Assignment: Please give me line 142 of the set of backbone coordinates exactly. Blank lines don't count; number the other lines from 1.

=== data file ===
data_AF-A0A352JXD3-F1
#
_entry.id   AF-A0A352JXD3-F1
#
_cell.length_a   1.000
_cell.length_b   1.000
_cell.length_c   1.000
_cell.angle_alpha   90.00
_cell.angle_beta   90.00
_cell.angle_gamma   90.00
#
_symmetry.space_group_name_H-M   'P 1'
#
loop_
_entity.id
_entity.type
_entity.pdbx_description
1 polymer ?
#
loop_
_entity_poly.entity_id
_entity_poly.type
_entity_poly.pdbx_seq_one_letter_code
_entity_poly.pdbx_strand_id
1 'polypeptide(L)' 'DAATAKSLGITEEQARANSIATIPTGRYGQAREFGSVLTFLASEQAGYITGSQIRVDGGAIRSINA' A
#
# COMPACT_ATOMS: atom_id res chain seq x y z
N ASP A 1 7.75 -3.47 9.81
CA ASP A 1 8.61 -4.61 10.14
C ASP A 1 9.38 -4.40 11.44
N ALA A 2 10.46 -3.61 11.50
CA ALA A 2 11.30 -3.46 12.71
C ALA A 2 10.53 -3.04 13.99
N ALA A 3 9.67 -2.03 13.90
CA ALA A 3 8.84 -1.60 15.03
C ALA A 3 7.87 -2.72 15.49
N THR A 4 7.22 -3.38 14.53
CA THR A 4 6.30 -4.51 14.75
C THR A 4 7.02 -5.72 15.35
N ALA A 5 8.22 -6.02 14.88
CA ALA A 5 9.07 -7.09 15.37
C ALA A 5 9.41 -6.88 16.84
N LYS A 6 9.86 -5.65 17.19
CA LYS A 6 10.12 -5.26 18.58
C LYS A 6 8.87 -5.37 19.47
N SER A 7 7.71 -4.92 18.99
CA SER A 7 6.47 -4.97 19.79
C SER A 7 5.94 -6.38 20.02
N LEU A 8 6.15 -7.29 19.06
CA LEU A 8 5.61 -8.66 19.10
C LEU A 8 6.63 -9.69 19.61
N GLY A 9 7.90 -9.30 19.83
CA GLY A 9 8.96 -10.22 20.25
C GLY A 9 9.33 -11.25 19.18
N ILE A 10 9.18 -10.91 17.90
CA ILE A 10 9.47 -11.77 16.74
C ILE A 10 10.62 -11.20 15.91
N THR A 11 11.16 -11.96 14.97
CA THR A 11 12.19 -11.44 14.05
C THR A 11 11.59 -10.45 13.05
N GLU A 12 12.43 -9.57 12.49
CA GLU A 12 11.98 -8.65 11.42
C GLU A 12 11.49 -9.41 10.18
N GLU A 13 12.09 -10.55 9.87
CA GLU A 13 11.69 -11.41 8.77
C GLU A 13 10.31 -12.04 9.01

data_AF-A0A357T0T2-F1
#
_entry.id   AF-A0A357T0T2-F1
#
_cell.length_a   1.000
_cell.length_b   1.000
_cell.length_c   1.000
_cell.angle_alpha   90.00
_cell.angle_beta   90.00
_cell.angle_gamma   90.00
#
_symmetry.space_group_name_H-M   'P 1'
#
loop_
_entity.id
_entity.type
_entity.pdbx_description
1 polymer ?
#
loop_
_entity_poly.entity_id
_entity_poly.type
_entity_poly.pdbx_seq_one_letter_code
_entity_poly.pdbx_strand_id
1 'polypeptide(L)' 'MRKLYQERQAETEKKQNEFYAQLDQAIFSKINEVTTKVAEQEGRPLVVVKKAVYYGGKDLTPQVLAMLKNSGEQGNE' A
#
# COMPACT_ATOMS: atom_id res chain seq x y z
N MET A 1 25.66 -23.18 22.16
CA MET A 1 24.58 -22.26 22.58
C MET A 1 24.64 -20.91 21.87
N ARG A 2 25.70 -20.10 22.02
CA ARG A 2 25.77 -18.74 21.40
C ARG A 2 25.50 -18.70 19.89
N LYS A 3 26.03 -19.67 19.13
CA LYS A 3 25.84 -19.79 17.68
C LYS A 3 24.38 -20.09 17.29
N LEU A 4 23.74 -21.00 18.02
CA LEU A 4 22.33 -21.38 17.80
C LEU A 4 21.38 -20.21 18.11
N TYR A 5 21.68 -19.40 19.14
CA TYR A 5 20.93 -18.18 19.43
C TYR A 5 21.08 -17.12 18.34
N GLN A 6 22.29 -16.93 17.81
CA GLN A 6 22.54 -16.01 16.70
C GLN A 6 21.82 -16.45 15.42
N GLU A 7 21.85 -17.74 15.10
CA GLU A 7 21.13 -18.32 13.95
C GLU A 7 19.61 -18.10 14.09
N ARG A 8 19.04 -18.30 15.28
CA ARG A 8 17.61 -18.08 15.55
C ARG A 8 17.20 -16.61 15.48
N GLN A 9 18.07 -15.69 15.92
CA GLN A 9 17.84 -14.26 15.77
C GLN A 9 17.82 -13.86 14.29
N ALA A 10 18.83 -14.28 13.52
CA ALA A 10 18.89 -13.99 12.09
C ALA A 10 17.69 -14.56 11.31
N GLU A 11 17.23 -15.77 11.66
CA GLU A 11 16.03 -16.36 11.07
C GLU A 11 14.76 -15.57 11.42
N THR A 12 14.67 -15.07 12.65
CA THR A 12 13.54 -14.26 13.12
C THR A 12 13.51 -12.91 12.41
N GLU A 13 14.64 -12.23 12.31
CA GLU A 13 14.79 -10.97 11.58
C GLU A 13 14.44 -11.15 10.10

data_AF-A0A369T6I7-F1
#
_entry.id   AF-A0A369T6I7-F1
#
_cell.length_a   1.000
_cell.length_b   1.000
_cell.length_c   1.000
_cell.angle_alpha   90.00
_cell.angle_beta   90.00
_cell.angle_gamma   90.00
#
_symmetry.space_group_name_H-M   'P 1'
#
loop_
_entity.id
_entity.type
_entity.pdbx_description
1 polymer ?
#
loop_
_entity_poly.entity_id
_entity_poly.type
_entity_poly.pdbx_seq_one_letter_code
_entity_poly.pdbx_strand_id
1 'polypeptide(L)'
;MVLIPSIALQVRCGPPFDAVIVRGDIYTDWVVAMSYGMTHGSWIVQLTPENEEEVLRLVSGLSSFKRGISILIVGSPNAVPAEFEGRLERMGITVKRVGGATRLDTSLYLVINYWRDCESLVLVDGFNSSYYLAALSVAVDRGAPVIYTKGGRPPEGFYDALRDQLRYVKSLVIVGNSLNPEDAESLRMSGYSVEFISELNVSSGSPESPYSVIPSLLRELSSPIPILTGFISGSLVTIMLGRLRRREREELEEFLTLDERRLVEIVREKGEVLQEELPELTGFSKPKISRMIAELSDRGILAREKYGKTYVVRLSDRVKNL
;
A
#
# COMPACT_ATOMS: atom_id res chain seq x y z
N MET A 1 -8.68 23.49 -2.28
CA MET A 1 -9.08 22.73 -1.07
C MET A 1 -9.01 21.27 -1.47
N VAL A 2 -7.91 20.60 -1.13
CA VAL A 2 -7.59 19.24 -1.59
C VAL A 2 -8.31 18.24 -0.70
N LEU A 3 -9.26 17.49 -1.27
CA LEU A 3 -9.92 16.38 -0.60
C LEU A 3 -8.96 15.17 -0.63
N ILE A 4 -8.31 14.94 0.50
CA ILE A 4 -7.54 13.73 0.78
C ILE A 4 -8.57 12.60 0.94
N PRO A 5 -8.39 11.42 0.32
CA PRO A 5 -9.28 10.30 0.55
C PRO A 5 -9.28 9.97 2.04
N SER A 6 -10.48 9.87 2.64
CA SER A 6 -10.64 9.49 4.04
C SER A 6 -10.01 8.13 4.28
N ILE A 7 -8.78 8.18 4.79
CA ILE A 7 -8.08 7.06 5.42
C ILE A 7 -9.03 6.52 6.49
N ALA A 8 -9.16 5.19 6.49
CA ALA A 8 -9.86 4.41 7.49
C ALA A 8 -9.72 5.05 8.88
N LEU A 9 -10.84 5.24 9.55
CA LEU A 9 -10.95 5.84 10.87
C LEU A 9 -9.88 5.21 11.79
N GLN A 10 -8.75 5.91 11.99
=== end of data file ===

_cell.angle_gamma   90.00